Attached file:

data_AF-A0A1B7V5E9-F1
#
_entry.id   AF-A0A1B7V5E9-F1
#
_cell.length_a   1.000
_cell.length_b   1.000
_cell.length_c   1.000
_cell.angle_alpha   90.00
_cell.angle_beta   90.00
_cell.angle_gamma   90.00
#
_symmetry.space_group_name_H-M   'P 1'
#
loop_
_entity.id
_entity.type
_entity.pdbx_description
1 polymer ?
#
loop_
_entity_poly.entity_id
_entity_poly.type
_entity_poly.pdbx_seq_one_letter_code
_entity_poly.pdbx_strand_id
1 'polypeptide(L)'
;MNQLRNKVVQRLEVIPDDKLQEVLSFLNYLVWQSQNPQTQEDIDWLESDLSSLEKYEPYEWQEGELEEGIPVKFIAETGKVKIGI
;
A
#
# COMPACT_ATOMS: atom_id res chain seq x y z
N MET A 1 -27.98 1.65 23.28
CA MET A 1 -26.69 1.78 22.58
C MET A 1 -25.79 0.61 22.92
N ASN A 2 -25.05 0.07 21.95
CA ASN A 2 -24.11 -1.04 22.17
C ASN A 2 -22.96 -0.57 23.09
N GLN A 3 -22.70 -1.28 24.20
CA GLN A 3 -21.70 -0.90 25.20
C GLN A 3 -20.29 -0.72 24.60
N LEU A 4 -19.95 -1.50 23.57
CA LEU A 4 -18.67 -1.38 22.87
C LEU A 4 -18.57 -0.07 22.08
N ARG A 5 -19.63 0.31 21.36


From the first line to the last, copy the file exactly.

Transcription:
data_AF-A0A1B7V5E9-F1
#
_entry.id   AF-A0A1B7V5E9-F1
#
_cell.length_a   1.000
_cell.length_b   1.000
_cell.length_c   1.000
_cell.angle_alpha   90.00
_cell.angle_beta   90.00
_cell.angle_gamma   90.00
#
_symmetry.space_group_name_H-M   'P 1'
#
loop_
_entity.id
_entity.type
_entity.pdbx_description
1 polymer ?
#
loop_
_entity_poly.entity_id
_entity_poly.type
_entity_poly.pdbx_seq_one_letter_code
_entity_poly.pdbx_strand_id
1 'polypeptide(L)'
;MNQLRNKVVQRLEVIPDDKLQEVLSFLNYLVWQSQNPQTQEDIDWLESDLSSLEKYEPYEWQEGELEEGIPVKFIAETGKVKIGI
;
A
#
# COMPACT_ATOMS: atom_id res chain seq x y z
N MET A 1 -27.98 1.65 23.28
CA MET A 1 -26.69 1.78 22.58
C MET A 1 -25.79 0.61 22.92
N ASN A 2 -25.05 0.07 21.95
CA ASN A 2 -24.11 -1.04 22.17
C ASN A 2 -22.96 -0.57 23.09
N GLN A 3 -22.70 -1.28 24.20
CA GLN A 3 -21.70 -0.90 25.20
C GLN A 3 -20.29 -0.72 24.60
N LEU A 4 -19.95 -1.50 23.57
CA LEU A 4 -18.67 -1.38 22.87
C LEU A 4 -18.57 -0.07 22.08
N ARG A 5 -19.63 0.31 21.36